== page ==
Well it's that time of year when the shops are filled with hearts and flowers, love is in the air, and there is much rejoicing among card manufacturers! And thus it ever was, all the way back to Roman times, or at least so the received wisdom would have you believe. However as ever in the shifting world of folklore, things are not always what they seem. Now according to a slew of articles and puff pieces that surface every February, St. Valentine's Day is a Christianization of an ancient festival held back in the days of Classical paganism.
In Graeco-Roman times, according to some, young folks had marriages set up by drawing lots: names were placed in an urn and picked out at random, pairing up the lads and lasses. And according to others, as well as this romantic lottery, this was part of a wild festival celebrating werewolves. Now as appealing as both these sound, sadly both of these claims are what we historians call - confusing technical terms alert! - "poppycock", "claptrap" and "flapdoddle". For both these claims are at best wildly inaccurate and their connection to the origins of Valentine's day suspect at best.
Now there was a Roman festival, held from the 13th to the 15th of February, called Lupercalia. However it must be noted that this was very much a local custom, a festival held pretty much exclusively in Rome as there are only scant references to Lupercalia being held anywhere else. Therefore it wasn't a custom that spread throughout the Roman Empire, so it couldn't possibly be the seeding a proto-Valentine's day across Europe.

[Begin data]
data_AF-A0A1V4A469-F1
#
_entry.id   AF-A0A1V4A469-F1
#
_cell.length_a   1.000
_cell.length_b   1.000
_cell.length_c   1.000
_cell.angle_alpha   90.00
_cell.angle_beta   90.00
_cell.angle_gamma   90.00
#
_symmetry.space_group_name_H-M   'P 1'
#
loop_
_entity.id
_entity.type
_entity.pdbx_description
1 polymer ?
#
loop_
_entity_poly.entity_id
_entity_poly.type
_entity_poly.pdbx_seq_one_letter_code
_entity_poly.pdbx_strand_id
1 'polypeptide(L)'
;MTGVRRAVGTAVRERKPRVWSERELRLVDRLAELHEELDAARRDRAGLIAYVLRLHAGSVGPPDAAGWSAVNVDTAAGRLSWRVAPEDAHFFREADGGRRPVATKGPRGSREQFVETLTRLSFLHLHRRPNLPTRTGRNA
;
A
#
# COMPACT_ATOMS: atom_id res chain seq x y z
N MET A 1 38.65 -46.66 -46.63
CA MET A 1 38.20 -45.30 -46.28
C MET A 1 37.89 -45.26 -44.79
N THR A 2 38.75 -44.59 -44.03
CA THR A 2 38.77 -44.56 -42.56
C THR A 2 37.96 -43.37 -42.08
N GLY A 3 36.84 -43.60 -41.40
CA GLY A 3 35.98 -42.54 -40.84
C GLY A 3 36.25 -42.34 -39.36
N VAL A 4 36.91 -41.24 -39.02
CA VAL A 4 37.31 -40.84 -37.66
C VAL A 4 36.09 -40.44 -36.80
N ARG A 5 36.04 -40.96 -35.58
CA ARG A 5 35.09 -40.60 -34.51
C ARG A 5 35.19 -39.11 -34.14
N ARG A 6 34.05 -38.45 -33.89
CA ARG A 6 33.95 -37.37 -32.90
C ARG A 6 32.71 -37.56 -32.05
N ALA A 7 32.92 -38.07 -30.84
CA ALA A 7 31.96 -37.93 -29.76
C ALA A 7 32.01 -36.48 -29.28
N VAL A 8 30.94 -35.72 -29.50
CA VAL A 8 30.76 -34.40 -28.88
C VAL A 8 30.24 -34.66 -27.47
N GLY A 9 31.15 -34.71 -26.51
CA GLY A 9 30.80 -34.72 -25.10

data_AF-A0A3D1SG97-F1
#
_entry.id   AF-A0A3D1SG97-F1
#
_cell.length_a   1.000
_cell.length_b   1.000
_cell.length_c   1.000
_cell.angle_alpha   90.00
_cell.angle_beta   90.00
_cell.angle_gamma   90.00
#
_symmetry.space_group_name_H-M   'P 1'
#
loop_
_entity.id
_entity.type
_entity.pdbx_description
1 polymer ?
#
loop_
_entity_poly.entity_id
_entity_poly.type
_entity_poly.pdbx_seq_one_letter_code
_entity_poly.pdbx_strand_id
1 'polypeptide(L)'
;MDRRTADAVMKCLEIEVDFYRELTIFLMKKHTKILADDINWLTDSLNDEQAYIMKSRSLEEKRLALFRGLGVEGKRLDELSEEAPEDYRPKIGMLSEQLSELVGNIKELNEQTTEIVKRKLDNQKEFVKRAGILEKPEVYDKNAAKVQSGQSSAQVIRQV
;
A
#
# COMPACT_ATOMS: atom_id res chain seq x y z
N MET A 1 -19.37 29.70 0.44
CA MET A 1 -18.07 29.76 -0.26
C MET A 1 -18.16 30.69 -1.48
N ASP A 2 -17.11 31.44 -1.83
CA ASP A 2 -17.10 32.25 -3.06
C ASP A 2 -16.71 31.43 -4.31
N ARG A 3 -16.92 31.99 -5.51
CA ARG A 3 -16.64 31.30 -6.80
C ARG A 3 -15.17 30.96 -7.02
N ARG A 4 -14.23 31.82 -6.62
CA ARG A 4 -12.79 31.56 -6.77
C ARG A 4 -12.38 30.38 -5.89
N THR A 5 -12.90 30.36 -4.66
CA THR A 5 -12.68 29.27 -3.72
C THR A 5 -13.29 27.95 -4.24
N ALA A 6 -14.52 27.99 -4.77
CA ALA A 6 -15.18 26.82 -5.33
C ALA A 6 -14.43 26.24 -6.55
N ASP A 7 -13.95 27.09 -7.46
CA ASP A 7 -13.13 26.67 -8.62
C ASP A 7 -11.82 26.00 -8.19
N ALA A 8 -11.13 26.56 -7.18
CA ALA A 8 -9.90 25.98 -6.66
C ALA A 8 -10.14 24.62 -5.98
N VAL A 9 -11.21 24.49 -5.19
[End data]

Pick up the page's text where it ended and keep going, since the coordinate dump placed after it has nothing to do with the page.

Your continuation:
Lupercalia's purpose was thought to be to cleanse the city of evil spirits and usher in the spring, however there is a good deal of mystery about it. Often it is said that its name was from derived from a Lycaean god Lupercus, a god originally worshipped by shepherds and identified with the better known Roman deity Faunus and the Greek Pan. However as this was a set of customs peculiar to the city of Rome, it has also been claimed that it was a celebration of Lupa, the she-wolf who according to legend suckled that ancient city's founders, Romulus and Remus. Furthermore many other gods have been referenced as part of the celebrations such as Juno, queen of the Roman gods, and the afore-mentioned Pan and Faunus. Also often invoked in Lupercalia was Februus, a god of purification from whom we get the name February.
Indeed it is thought that Lupercalia grew out of imported Greek practices fusing with different aspects of local cult worship around the core of an earlier festival honouring Februus, called Februa. Hence these celebrations held on the Ides of February were not dedicated to the worship of any one god or spring solely from one religious tradition but were actually a folk amalgam of many different rites. Interestingly this festival was so old that even Classical writers of the time were not sure of its history - much like our own folk festivals that survive today, its origins and exact meaning had long been forgotten by the Romans although the practice still continued.
The main event of Lupercalia was the sacrifice of two goats and a dog. Young men of the city were annointed with the blood of the animal, and then led by the priests and dressed in goatskins and/or going naked, ran round the walls of the old city, presumably to scare off the afore-mentioned evil spirits. They carried freshly cut strips of hide from the sacrifices and playfully whipping the ground and the spectators with the newly cut thongs to purify them. It was considered good fortune to be whipped, and for ladies it would ensure fertility and easier births, for it was a common belief in the ancient world that if one was purified, one would be healthy, happy, fortunate and fertile.